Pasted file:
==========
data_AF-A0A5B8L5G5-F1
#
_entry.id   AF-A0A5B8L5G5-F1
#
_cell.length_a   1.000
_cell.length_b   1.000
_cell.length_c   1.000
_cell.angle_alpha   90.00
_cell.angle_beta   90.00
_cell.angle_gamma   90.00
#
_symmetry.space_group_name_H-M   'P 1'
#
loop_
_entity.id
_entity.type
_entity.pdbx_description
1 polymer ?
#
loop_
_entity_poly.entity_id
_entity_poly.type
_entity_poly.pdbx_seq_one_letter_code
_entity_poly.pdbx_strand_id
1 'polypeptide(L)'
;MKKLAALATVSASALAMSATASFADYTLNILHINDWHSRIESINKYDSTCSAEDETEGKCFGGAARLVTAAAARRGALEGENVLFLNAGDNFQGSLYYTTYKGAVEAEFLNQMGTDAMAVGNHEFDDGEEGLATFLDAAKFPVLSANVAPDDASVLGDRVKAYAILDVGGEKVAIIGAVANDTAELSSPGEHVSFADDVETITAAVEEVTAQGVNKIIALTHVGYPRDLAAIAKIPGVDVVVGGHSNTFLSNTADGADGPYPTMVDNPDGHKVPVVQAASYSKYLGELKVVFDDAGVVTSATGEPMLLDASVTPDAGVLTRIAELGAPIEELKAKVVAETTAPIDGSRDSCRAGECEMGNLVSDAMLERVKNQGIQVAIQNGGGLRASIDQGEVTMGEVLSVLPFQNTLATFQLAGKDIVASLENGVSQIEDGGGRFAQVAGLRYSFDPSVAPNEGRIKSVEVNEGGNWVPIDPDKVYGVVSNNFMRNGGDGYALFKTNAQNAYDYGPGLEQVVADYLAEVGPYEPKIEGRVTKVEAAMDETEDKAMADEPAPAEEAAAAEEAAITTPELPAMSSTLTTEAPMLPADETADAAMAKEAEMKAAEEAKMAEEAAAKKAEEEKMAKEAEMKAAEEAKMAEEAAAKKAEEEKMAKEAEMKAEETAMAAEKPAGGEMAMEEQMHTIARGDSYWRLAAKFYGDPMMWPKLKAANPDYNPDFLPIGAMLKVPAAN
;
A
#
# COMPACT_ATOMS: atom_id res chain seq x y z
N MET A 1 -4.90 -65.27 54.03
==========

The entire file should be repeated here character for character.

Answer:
data_AF-A0A5B8L5G5-F1
#
_entry.id   AF-A0A5B8L5G5-F1
#
_cell.length_a   1.000
_cell.length_b   1.000
_cell.length_c   1.000
_cell.angle_alpha   90.00
_cell.angle_beta   90.00
_cell.angle_gamma   90.00
#
_symmetry.space_group_name_H-M   'P 1'
#
loop_
_entity.id
_entity.type
_entity.pdbx_description
1 polymer ?
#
loop_
_entity_poly.entity_id
_entity_poly.type
_entity_poly.pdbx_seq_one_letter_code
_entity_poly.pdbx_strand_id
1 'polypeptide(L)'
;MKKLAALATVSASALAMSATASFADYTLNILHINDWHSRIESINKYDSTCSAEDETEGKCFGGAARLVTAAAARRGALEGENVLFLNAGDNFQGSLYYTTYKGAVEAEFLNQMGTDAMAVGNHEFDDGEEGLATFLDAAKFPVLSANVAPDDASVLGDRVKAYAILDVGGEKVAIIGAVANDTAELSSPGEHVSFADDVETITAAVEEVTAQGVNKIIALTHVGYPRDLAAIAKIPGVDVVVGGHSNTFLSNTADGADGPYPTMVDNPDGHKVPVVQAASYSKYLGELKVVFDDAGVVTSATGEPMLLDASVTPDAGVLTRIAELGAPIEELKAKVVAETTAPIDGSRDSCRAGECEMGNLVSDAMLERVKNQGIQVAIQNGGGLRASIDQGEVTMGEVLSVLPFQNTLATFQLAGKDIVASLENGVSQIEDGGGRFAQVAGLRYSFDPSVAPNEGRIKSVEVNEGGNWVPIDPDKVYGVVSNNFMRNGGDGYALFKTNAQNAYDYGPGLEQVVADYLAEVGPYEPKIEGRVTKVEAAMDETEDKAMADEPAPAEEAAAAEEAAITTPELPAMSSTLTTEAPMLPADETADAAMAKEAEMKAAEEAKMAEEAAAKKAEEEKMAKEAEMKAAEEAKMAEEAAAKKAEEEKMAKEAEMKAEETAMAAEKPAGGEMAMEEQMHTIARGDSYWRLAAKFYGDPMMWPKLKAANPDYNPDFLPIGAMLKVPAAN
;
A
#
# COMPACT_ATOMS: atom_id res chain seq x y z
N MET A 1 -4.90 -65.27 54.03